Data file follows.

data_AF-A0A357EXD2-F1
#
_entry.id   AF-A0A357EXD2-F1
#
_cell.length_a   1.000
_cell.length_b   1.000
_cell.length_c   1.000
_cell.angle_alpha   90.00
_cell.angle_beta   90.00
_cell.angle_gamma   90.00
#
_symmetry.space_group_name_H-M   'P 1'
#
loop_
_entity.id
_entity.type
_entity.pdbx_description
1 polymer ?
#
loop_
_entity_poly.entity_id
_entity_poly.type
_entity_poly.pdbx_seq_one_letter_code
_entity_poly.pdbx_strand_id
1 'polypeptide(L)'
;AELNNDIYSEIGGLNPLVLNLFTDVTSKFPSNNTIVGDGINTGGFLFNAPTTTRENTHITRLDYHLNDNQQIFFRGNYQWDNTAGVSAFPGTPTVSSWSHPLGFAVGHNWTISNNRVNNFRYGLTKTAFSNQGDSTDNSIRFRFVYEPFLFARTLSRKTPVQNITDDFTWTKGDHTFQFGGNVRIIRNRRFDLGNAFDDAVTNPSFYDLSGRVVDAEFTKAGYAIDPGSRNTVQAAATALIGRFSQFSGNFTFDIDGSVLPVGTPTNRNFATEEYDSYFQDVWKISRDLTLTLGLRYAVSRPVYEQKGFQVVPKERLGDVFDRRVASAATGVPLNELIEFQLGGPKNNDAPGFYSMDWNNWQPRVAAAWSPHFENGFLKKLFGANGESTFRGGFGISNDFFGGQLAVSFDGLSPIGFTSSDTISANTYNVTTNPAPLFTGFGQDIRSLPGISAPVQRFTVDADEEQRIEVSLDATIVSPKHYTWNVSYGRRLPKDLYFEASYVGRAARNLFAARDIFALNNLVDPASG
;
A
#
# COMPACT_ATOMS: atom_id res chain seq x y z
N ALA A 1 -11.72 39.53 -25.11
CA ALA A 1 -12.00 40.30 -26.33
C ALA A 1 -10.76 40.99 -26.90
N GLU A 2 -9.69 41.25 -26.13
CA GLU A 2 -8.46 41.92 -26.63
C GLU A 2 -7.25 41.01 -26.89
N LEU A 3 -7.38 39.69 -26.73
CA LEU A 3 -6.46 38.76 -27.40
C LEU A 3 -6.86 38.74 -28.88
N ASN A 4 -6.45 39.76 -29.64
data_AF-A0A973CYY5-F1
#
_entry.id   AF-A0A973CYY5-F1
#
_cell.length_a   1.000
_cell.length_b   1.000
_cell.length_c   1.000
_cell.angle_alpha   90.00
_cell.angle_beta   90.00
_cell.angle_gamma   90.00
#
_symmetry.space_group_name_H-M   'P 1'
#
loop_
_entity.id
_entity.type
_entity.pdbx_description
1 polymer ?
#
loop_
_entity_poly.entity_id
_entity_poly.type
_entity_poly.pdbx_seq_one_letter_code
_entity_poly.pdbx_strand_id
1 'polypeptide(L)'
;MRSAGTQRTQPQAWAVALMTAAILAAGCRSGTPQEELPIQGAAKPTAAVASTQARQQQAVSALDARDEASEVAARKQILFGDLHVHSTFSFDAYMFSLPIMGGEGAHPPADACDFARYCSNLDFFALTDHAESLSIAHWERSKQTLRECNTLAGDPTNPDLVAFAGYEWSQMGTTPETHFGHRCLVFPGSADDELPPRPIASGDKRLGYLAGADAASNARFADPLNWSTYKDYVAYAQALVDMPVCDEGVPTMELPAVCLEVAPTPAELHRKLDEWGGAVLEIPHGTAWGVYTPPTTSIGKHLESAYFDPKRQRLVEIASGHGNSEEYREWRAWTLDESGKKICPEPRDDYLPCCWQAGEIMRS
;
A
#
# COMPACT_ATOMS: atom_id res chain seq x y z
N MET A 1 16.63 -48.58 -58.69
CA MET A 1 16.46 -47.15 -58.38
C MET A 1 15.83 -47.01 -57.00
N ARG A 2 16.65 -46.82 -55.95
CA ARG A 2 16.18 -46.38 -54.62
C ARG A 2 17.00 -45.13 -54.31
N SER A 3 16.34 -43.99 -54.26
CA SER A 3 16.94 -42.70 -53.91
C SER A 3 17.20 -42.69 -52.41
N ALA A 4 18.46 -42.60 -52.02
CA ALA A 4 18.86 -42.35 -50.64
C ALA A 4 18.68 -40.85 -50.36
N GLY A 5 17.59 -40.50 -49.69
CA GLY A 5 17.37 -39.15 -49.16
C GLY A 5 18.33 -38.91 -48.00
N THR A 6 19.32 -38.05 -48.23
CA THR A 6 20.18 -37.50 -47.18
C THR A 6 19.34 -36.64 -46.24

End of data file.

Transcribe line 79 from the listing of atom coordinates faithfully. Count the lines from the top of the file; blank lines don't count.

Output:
C SER A 3 17.20 -42.69 -52.41